THE STORYTELLER

From the The Reader Trilogy series , Vol. 3

Thoroughly immersive, thoroughly satisfying.

“What is written comes to pass”—or does it?

In this trilogy closer, Sefia struggles to help Archer escape his destiny, written in the Book that records Kelanna’s history, past and future. Archer has been severely traumatized by his time as a candidate, when he was shaped by the secretive Guard into a human killing machine who would lead their unstoppable army to victory in the Red War, so it’s Sefia who doggedly works to “rewrit[e] the future.” Their doomed—maybe—love story plays out: against the backdrop of the Red War, as the Alliance engineered by the Guard grows ever closer to its goal; in tandem with outlaw Capt. Reed’s quest for immortality; alongside Eduoar’s escape from his former life as Lonely King of Deliene. Chee (The Speaker, 2017, etc.) keeps all her stories in balance, adding additional characters as they all converge toward a bloody, heartbreaking end. With an assurance that equals her sorcerer protagonist’s, Chee constantly interrogates her central question: “who controls the story.” At one point hers reaches the high-fantasy equivalent of The Monster at the End of This Book (though with significantly more elegance). Kelanna has racial diversity, but it is not racialized. Race is as unremarkable and nonlimiting as gender and sexuality, with brown, trans, nonbinary, queer, and cis female characters enjoying equal access to power and capacity for violence.

Thoroughly immersive, thoroughly satisfying. (map) (Fantasy. 12-adult)

Pub Date: Nov. 13, 2018

ISBN: 978-0-399-17679-1

Page Count: 560

Publisher: Putnam

Review Posted Online: July 29, 2018

Kirkus Reviews Issue: Aug. 15, 2018

INDIVISIBLE

An ode to the children of migrants who have been taken away.

A Mexican American boy takes on heavy responsibilities when his family is torn apart.

Mateo’s life is turned upside down the day U.S. Immigration and Customs Enforcement agents show up unsuccessfully seeking his Pa at his New York City bodega. The Garcias live in fear until the day both parents are picked up; his Pa is taken to jail and his Ma to a detention center. The adults around Mateo offer support to him and his 7-year-old sister, Sophie, however, he knows he is now responsible for caring for her and the bodega as well as trying to survive junior year—that is, if he wants to fulfill his dream to enter the drama program at the Tisch School of the Arts and become an actor. Mateo’s relationships with his friends Kimmie and Adam (a potential love interest) also suffer repercussions as he keeps his situation a secret. Kimmie is half Korean (her other half is unspecified) and Adam is Italian American; Mateo feels disconnected from them, less American, and with worries they can’t understand. He talks himself out of choosing a safer course of action, a decision that deepens the story. Mateo’s self-awareness and inner monologue at times make him seem older than 16, and, with significant turmoil in the main plot, some side elements feel underdeveloped. Aleman’s narrative joins the ranks of heart-wrenching stories of migrant families who have been separated.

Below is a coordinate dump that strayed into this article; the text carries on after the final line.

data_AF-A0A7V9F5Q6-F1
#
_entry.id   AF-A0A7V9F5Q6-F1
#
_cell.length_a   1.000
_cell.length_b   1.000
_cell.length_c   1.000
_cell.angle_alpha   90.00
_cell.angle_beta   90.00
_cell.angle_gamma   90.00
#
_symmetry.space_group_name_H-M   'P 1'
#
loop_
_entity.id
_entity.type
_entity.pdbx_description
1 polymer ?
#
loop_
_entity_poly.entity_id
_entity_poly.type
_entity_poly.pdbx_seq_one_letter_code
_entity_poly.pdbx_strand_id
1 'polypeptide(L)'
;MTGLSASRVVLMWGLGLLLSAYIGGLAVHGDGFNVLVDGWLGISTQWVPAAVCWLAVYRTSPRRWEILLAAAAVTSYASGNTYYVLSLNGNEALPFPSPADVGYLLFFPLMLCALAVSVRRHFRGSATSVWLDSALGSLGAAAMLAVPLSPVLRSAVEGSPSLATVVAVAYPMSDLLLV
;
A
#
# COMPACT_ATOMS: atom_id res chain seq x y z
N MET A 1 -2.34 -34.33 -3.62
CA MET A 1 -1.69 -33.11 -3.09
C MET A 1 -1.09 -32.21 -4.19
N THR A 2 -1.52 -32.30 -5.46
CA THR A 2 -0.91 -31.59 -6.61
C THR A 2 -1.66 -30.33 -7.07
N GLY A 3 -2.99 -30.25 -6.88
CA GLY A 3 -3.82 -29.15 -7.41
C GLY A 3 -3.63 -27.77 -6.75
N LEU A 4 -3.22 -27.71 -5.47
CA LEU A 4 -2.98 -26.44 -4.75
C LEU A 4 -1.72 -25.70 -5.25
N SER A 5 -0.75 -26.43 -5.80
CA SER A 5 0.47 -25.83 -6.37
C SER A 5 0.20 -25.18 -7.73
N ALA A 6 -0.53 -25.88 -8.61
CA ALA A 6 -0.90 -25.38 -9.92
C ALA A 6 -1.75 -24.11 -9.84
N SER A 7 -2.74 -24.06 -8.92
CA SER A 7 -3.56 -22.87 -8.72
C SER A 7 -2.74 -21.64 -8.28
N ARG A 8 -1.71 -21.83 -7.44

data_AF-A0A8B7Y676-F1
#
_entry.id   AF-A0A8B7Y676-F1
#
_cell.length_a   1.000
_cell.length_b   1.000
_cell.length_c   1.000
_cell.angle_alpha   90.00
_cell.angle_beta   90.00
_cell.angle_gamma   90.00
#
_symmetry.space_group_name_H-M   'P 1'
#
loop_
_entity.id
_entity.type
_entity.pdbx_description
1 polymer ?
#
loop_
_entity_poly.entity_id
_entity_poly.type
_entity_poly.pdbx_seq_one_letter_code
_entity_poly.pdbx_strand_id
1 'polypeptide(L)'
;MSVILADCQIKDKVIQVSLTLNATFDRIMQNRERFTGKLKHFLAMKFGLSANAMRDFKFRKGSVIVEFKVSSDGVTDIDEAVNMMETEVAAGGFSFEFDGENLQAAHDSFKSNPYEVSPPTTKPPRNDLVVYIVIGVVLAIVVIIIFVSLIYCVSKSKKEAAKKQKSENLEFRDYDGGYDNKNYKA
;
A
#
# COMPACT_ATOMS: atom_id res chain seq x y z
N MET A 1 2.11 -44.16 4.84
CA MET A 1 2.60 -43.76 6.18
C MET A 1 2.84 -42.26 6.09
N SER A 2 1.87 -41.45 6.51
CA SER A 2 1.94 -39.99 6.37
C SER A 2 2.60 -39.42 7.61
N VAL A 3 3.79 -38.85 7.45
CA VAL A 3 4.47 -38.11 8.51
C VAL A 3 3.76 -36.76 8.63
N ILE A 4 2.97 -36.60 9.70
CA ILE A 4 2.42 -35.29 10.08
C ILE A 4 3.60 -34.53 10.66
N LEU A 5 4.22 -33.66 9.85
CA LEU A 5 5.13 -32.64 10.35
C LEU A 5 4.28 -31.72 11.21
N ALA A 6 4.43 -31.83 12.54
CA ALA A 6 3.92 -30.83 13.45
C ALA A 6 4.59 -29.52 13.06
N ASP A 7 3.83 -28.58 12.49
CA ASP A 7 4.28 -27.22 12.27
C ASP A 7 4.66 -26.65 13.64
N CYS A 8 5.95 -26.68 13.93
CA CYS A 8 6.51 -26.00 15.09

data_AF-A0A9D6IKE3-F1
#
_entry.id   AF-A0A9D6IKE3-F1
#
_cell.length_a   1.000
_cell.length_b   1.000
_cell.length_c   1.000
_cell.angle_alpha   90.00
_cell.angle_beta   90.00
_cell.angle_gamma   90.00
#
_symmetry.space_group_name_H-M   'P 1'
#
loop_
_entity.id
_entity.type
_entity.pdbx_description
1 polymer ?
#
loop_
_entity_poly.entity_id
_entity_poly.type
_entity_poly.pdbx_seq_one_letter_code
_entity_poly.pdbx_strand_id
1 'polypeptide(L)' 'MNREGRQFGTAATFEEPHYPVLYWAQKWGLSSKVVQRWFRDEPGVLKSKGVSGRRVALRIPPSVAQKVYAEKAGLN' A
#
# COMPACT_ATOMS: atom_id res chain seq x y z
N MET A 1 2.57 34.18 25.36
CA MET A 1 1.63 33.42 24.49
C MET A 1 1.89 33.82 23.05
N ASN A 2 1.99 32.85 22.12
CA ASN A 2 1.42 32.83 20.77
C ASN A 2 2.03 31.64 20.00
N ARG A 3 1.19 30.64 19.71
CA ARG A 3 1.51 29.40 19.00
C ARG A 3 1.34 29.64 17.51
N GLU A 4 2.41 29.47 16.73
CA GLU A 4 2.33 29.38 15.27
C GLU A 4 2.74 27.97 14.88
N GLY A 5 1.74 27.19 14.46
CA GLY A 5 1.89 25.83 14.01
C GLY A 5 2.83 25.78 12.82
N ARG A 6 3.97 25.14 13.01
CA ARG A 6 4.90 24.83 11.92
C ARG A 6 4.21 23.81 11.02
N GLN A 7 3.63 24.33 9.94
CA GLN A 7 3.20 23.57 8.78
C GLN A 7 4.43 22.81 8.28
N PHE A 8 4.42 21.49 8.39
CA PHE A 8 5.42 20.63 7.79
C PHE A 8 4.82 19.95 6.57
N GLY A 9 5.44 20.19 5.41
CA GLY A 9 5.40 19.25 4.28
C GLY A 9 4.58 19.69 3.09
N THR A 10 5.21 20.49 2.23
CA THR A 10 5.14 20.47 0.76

An ode to the children of migrants who have been taken away. (Fiction. 14-18)

Pub Date: May 4, 2021

ISBN: 978-0-7595-5605-8

Page Count: 400

Publisher: Little, Brown

Review Posted Online: Feb. 22, 2021

Kirkus Reviews Issue: March 15, 2021

DIVINE RIVALS

Ideal for readers seeking perspectives on war, with a heavy dash of romance and touch of fantasy.

A war between gods plays havoc with mortals and their everyday lives.

In a time of typewriters and steam engines, Iris Winnow awaits word from her older brother, who has enlisted on the side of Enva the Skyward goddess. Alcohol abuse led to her mother’s losing her job, and Iris has dropped out of school and found work utilizing her writing skills at the Oath Gazette. Hiding the stress of her home issues behind a brave face, Iris competes for valuable assignments that may one day earn her the coveted columnist position. Her rival for the job is handsome and wealthy Roman Kitt, whose prose entrances her so much she avoids reading his articles. At home, she writes cathartic letters to her brother, never posting them but instead placing them in her wardrobe, where they vanish overnight. One day Iris receives a reply, which, along with other events, pushes her to make dramatic life decisions. Magic plays a quiet role in this story, and readers may for a time forget there is anything supernatural going on. This is more of a wartime tale of broken families, inspired youths, and higher powers using people as pawns. It flirts with clichéd tropes but also takes some startling turns. Main characters are assumed White; same-sex marriages and gender equality at the warfront appear to be the norm in this world.

Ideal for readers seeking perspectives on war, with a heavy dash of romance and touch of fantasy. (Fantasy. 14-18)

Pub Date: April 4, 2023

ISBN: 978-1-250-85743-9

Page Count: 368

Publisher: Wednesday Books

Review Posted Online: Jan. 11, 2023

Kirkus Reviews Issue: Feb. 1, 2023

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